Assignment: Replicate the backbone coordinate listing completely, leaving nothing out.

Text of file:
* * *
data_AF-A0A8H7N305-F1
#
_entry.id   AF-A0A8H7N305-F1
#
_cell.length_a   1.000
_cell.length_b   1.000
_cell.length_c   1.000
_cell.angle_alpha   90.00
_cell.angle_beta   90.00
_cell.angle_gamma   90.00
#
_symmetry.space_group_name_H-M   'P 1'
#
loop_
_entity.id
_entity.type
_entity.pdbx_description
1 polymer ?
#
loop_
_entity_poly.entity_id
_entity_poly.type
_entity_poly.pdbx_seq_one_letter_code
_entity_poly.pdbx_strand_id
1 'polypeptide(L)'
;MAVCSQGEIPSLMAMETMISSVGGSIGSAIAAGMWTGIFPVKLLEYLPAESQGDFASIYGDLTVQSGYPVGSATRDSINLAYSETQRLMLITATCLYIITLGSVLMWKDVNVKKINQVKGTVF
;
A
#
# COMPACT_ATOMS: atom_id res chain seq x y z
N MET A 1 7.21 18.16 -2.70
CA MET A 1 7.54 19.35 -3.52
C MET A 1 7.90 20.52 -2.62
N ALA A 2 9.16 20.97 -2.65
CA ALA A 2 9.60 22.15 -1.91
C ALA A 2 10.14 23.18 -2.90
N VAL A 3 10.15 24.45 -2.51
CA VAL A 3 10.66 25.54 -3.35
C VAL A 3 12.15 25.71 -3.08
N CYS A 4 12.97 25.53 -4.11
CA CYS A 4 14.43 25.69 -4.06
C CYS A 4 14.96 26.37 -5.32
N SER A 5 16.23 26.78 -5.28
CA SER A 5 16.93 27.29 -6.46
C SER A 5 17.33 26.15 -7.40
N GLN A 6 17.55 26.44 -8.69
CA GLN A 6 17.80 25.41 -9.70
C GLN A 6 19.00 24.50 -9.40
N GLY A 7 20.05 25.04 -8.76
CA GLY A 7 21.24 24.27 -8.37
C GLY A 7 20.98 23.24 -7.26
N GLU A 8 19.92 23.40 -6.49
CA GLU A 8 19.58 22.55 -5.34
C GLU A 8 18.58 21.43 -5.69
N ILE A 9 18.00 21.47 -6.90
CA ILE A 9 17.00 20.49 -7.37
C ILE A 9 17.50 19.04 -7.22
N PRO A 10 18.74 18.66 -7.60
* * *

data_AF-A0A8H7N305-F1
#
_entry.id   AF-A0A8H7N305-F1
#
_cell.length_a   1.000
_cell.length_b   1.000
_cell.length_c   1.000
_cell.angle_alpha   90.00
_cell.angle_beta   90.00
_cell.angle_gamma   90.00
#
_symmetry.space_group_name_H-M   'P 1'
#
loop_
_entity.id
_entity.type
_entity.pdbx_description
1 polymer ?
#
loop_
_entity_poly.entity_id
_entity_poly.type
_entity_poly.pdbx_seq_one_letter_code
_entity_poly.pdbx_strand_id
1 'polypeptide(L)'
;MAVCSQGEIPSLMAMETMISSVGGSIGSAIAAGMWTGIFPVKLLEYLPAESQGDFASIYGDLTVQSGYPVGSATRDSINLAYSETQRLMLITATCLYIITLGSVLMWKDVNVKKINQVKGTVF
;
A
#
# COMPACT_ATOMS: atom_id res chain seq x y z
N MET A 1 7.21 18.16 -2.70
CA MET A 1 7.54 19.35 -3.52
C MET A 1 7.90 20.52 -2.62
N ALA A 2 9.16 20.97 -2.65
CA ALA A 2 9.60 22.15 -1.91
C ALA A 2 10.14 23.18 -2.90
N VAL A 3 10.15 24.45 -2.51
CA VAL A 3 10.66 25.54 -3.35
C VAL A 3 12.15 25.71 -3.08
N CYS A 4 12.97 25.53 -4.11
CA CYS A 4 14.43 25.69 -4.06
C CYS A 4 14.96 26.37 -5.32
N SER A 5 16.23 26.78 -5.28
CA SER A 5 16.93 27.29 -6.46
C SER A 5 17.33 26.15 -7.40
N GLN A 6 17.55 26.44 -8.69
CA GLN A 6 17.80 25.41 -9.70
C GLN A 6 19.00 24.50 -9.40
N GLY A 7 20.05 25.04 -8.76
CA GLY A 7 21.24 24.27 -8.37
C GLY A 7 20.98 23.24 -7.26
N GLU A 8 19.92 23.40 -6.49
CA GLU A 8 19.58 22.55 -5.34
C GLU A 8 18.58 21.43 -5.69
N ILE A 9 18.00 21.47 -6.90
CA ILE A 9 17.00 20.49 -7.37
C ILE A 9 17.50 19.04 -7.22
N PRO A 10 18.74 18.66 -7.60